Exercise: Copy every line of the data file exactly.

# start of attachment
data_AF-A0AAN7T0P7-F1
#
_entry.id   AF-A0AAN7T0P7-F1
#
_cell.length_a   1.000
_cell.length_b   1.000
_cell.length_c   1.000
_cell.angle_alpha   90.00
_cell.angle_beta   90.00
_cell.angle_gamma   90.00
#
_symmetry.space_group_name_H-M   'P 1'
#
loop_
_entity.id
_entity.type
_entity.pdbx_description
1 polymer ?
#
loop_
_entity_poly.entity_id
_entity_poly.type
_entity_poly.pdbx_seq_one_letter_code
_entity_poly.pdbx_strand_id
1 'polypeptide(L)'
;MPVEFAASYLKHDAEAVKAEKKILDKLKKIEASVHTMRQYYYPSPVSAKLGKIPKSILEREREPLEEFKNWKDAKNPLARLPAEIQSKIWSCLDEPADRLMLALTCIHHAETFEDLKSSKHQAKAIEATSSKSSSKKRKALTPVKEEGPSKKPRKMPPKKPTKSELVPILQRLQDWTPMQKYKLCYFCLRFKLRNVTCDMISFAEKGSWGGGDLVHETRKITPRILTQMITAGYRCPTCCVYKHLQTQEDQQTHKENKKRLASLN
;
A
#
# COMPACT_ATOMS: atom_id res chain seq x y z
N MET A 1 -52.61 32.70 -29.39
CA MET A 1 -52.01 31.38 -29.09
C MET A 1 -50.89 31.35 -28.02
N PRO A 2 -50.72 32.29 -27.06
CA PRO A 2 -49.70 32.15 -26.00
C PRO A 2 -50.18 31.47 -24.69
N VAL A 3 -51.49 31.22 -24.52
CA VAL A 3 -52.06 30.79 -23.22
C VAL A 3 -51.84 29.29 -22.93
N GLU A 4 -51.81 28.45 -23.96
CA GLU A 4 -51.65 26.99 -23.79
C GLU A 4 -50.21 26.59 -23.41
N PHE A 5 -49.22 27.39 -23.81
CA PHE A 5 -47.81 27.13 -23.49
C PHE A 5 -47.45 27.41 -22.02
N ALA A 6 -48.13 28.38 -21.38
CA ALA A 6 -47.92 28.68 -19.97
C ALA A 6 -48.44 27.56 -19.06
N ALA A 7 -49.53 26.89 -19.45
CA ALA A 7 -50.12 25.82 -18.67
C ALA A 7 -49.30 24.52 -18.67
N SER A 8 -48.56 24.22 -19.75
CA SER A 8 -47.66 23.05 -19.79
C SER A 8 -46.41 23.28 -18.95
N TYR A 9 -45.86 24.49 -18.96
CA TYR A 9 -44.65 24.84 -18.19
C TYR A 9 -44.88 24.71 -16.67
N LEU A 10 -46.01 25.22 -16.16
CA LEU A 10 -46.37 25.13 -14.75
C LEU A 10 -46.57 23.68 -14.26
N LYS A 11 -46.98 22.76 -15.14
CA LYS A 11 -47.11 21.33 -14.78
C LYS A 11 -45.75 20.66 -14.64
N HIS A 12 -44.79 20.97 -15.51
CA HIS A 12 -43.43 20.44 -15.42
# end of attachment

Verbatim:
data_AF-A0AAN7T0P7-F1
#
_entry.id   AF-A0AAN7T0P7-F1
#
_cell.length_a   1.000
_cell.length_b   1.000
_cell.length_c   1.000
_cell.angle_alpha   90.00
_cell.angle_beta   90.00
_cell.angle_gamma   90.00
#
_symmetry.space_group_name_H-M   'P 1'
#
loop_
_entity.id
_entity.type
_entity.pdbx_description
1 polymer ?
#
loop_
_entity_poly.entity_id
_entity_poly.type
_entity_poly.pdbx_seq_one_letter_code
_entity_poly.pdbx_strand_id
1 'polypeptide(L)'
;MPVEFAASYLKHDAEAVKAEKKILDKLKKIEASVHTMRQYYYPSPVSAKLGKIPKSILEREREPLEEFKNWKDAKNPLARLPAEIQSKIWSCLDEPADRLMLALTCIHHAETFEDLKSSKHQAKAIEATSSKSSSKKRKALTPVKEEGPSKKPRKMPPKKPTKSELVPILQRLQDWTPMQKYKLCYFCLRFKLRNVTCDMISFAEKGSWGGGDLVHETRKITPRILTQMITAGYRCPTCCVYKHLQTQEDQQTHKENKKRLASLN
;
A
#
# COMPACT_ATOMS: atom_id res chain seq x y z
N MET A 1 -52.61 32.70 -29.39
CA MET A 1 -52.01 31.38 -29.09
C MET A 1 -50.89 31.35 -28.02
N PRO A 2 -50.72 32.29 -27.06
CA PRO A 2 -49.70 32.15 -26.00
C PRO A 2 -50.18 31.47 -24.69
N VAL A 3 -51.49 31.22 -24.52
CA VAL A 3 -52.06 30.79 -23.22
C VAL A 3 -51.84 29.29 -22.93
N GLU A 4 -51.81 28.45 -23.96
CA GLU A 4 -51.65 26.99 -23.79
C GLU A 4 -50.21 26.59 -23.41
N PHE A 5 -49.22 27.39 -23.81
CA PHE A 5 -47.81 27.13 -23.49
C PHE A 5 -47.45 27.41 -22.02
N ALA A 6 -48.13 28.38 -21.38
CA ALA A 6 -47.92 28.68 -19.97
C ALA A 6 -48.44 27.56 -19.06
N ALA A 7 -49.53 26.89 -19.45
CA ALA A 7 -50.12 25.82 -18.67
C ALA A 7 -49.30 24.52 -18.67
N SER A 8 -48.56 24.22 -19.75
CA SER A 8 -47.66 23.05 -19.79
C SER A 8 -46.41 23.28 -18.95
N TYR A 9 -45.86 24.49 -18.96
CA TYR A 9 -44.65 24.84 -18.19
C TYR A 9 -44.88 24.71 -16.67
N LEU A 10 -46.01 25.22 -16.16
CA LEU A 10 -46.37 25.13 -14.75
C LEU A 10 -46.57 23.68 -14.26
N LYS A 11 -46.98 22.76 -15.14
CA LYS A 11 -47.11 21.33 -14.78
C LYS A 11 -45.75 20.66 -14.64
N HIS A 12 -44.79 20.97 -15.51
CA HIS A 12 -43.43 20.44 -15.42